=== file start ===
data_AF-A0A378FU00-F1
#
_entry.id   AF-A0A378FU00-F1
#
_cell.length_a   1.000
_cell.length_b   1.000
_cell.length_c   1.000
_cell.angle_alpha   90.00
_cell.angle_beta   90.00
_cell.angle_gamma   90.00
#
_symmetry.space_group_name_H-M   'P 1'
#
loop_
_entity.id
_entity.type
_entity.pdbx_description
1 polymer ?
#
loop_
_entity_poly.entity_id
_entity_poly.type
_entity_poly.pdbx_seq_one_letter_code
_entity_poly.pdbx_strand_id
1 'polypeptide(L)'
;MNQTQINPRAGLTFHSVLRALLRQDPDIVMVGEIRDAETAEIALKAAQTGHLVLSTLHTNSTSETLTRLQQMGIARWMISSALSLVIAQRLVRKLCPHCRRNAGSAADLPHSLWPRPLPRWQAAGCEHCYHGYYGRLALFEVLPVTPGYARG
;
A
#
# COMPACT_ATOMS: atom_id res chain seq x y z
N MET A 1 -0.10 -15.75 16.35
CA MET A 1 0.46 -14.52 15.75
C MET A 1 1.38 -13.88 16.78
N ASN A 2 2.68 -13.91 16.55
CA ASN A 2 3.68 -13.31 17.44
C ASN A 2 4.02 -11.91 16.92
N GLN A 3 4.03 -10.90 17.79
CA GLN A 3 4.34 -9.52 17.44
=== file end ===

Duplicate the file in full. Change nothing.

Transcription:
data_AF-A0A378FU00-F1
#
_entry.id   AF-A0A378FU00-F1
#
_cell.length_a   1.000
_cell.length_b   1.000
_cell.length_c   1.000
_cell.angle_alpha   90.00
_cell.angle_beta   90.00
_cell.angle_gamma   90.00
#
_symmetry.space_group_name_H-M   'P 1'
#
loop_
_entity.id
_entity.type
_entity.pdbx_description
1 polymer ?
#
loop_
_entity_poly.entity_id
_entity_poly.type
_entity_poly.pdbx_seq_one_letter_code
_entity_poly.pdbx_strand_id
1 'polypeptide(L)'
;MNQTQINPRAGLTFHSVLRALLRQDPDIVMVGEIRDAETAEIALKAAQTGHLVLSTLHTNSTSETLTRLQQMGIARWMISSALSLVIAQRLVRKLCPHCRRNAGSAADLPHSLWPRPLPRWQAAGCEHCYHGYYGRLALFEVLPVTPGYARG
;
A
#
# COMPACT_ATOMS: atom_id res chain seq x y z
N MET A 1 -0.10 -15.75 16.35
CA MET A 1 0.46 -14.52 15.75
C MET A 1 1.38 -13.88 16.78
N ASN A 2 2.68 -13.91 16.55
CA ASN A 2 3.68 -13.31 17.44
C ASN A 2 4.02 -11.91 16.92
N GLN A 3 4.03 -10.90 17.79
CA GLN A 3 4.34 -9.52 17.44